"Oui" is always pronounced /wi/
"Ouais" is vey common in French, it is slang for "Oui" like "Yeah" is slang for "Yes".
« Ouais » (/we/) is a colloquial (familier) term used to say « oui » (TLFI). It can be used for a plain replacement nowadays. However, in the past this word was loaded with connotations and today it is still used that way (ironical, contemptuous, …).
In formal conversation you should avoid using this word; it is acceptable among friends or colleagues but considered by some people to be lax language if not vulgar.
The normal pronunciation of oui is /wi/: a single syllable consisting of a semivowel followed by a vowel.
There is a very common variant which is spelled ouais and is pronounced /wɛ/. It’s a colloquial word, which some speakers use a lot and others don’t use much. Again, the semivowel /w/ is followed by a vowel /ɛ/: the word ends in a vowel sound. The vowel is nominally /ɛ/, an open-mid front unrounded vowel, which is the “è sound”.
In some accents (mostly from the south of France), /ɛ/ doesn’t exist and /e/ (a close-mid unrounded vowel, the “é sound”) is used instead. Even in accents that do have separate /ɛ/ and /e/ sounds, some words always have /e/ (for example the “é” word ending), some words always have /ɛ/ (for example, in closed syllables, i.e. when there is a consonant after the vowel in the same syllable), and some words can fluctuate. A final /ɛ/ in a word is subject to fluctuation (as shown for example in regional variations for piquet and poulet) and many speakers have a degree of free variation between them. So pronouncing ouais as /we/ is fairly common, even though dictionaries only list /wɛ/ (and it even happens with speakers who would tell you that they only ever pronounce /wɛ/).
Adding a trailing /j/ semivowel is not a common variation. It isn’t something I ever remember hearing. But it may be a regional variation that I’m not familiar with. (I’m French, and while’ve lived in Paris for most of my life and I meet people from all regions of France, I’m not particularly familiar with patterns of speech that people might drop when they move to the capital, and I don’t know many Swiss French speakers.) The etymology of ouais is disputed, and it may have been influenced by other forms with a trailing /i/ or /j/ sound.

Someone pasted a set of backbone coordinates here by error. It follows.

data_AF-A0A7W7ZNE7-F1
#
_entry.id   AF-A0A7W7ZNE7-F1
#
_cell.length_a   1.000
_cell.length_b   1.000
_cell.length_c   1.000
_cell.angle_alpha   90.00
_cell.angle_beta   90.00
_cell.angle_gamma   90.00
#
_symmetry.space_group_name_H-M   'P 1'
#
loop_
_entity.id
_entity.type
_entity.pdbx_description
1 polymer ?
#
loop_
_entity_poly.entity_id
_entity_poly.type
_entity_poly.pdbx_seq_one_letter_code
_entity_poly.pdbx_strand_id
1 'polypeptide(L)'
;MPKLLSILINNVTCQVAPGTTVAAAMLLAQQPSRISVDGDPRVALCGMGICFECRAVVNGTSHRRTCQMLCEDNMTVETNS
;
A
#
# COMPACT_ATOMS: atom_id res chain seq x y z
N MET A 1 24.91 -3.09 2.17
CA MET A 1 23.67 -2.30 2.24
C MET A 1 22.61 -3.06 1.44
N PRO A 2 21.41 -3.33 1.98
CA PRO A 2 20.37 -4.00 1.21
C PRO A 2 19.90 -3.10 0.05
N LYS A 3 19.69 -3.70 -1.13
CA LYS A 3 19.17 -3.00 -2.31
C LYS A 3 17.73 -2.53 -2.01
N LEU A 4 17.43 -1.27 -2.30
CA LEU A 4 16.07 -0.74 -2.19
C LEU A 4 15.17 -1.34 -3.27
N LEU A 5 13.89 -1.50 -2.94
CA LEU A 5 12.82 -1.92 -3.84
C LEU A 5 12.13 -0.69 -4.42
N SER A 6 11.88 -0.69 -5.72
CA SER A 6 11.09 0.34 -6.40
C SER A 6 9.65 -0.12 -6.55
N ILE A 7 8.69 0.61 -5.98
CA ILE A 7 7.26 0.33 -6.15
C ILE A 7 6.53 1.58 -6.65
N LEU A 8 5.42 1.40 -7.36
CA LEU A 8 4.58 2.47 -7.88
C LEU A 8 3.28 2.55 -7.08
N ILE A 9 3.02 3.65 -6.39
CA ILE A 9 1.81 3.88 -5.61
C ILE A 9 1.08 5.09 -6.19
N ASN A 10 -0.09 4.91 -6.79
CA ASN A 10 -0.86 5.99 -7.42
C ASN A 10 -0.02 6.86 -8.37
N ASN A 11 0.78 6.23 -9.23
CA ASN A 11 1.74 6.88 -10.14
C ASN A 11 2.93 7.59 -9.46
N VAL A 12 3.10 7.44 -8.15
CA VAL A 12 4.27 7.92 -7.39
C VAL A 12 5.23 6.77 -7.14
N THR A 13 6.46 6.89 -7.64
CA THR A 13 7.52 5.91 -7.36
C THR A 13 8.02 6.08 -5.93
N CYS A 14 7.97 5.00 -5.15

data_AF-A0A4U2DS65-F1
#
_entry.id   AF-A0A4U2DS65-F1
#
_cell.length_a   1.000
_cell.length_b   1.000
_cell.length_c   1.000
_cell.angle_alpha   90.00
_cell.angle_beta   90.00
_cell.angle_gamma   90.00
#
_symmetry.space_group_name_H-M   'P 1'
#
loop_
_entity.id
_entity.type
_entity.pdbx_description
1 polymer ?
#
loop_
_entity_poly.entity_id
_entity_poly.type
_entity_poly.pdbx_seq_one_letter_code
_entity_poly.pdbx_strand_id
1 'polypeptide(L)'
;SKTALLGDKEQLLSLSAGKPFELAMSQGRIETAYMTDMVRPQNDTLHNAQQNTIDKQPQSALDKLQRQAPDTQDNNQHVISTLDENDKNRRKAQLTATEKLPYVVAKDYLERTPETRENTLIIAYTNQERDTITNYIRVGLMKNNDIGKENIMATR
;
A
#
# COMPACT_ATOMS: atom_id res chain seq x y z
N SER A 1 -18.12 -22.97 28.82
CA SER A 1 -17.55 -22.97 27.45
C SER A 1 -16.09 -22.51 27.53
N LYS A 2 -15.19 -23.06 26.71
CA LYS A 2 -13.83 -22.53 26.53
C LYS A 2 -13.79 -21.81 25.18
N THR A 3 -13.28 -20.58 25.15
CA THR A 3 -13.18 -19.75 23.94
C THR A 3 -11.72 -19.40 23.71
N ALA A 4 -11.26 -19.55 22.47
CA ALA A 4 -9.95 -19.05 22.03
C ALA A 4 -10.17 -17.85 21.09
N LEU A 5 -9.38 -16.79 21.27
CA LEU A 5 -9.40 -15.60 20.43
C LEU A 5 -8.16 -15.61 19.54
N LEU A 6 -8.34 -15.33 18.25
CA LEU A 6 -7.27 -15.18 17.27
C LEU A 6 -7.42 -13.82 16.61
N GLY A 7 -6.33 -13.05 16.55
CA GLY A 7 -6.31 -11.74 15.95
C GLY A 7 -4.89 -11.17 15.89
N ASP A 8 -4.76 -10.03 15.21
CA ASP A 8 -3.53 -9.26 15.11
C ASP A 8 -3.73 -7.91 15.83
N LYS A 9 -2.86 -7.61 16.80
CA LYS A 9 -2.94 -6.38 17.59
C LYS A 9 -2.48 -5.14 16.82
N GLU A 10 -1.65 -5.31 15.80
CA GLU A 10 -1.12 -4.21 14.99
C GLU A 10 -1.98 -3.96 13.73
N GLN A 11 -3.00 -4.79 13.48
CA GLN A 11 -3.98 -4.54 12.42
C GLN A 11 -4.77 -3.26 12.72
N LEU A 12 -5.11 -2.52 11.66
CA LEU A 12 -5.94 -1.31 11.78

On the other hand, I’d be surprised by a two-syllable pronunciation /wei/, with the vowel /i/ at the end. It’s really far from the mainstream pronunciation.
Are you sure of what you heard, though? I’ve noticed that to English native speakers, /ɛ/, /jɛ/ and /ɛj/ are barely distinguishable, whereas the same utterances sound completely different to a French speaker. English speakers commonly describe ouais as sounding like “way”, but to a French speaker it’s more like “weh”: it’s an open syllable.
There is a two-syllable pronunciation of oui, but it’s /u:.i/, starting with a long /u/ and without an /ɛ/ or /e/ sound. It’s uncommon and only used to mean “after some hesitation, I’m answering yes”, much in the same way that in English you can say “yyyyyes” starting with a long /i/.
Approval is often expressed with ouais (pronounced /wɛ/, sometimes /we/) instead of oui (/wi/) in relaxed spoken French. The difference is similar to using yep vs yes.
A final /j/ might be heard in Switzerland as you noticed1.
This /wɛj/ variant is also present in Marseille, often with a prepended /v/ leading to voueï pronounced /vwɛj/.
1Note that there is no single French Swiss pronunciation. There are several different accents depending on the cantons (Geneva, Vaud, Valais, Jura, Fribourg…) and variations, sometimes also significant, inside them.
In addition to the answers, you may hear /wei/ in a specific situation when someone is explicitly exaggerating and mispronouncing oui to make a point and show annoyment.
- hi, it’s me again!
I would say that this is a oué that is longer and usually in a higher pitch.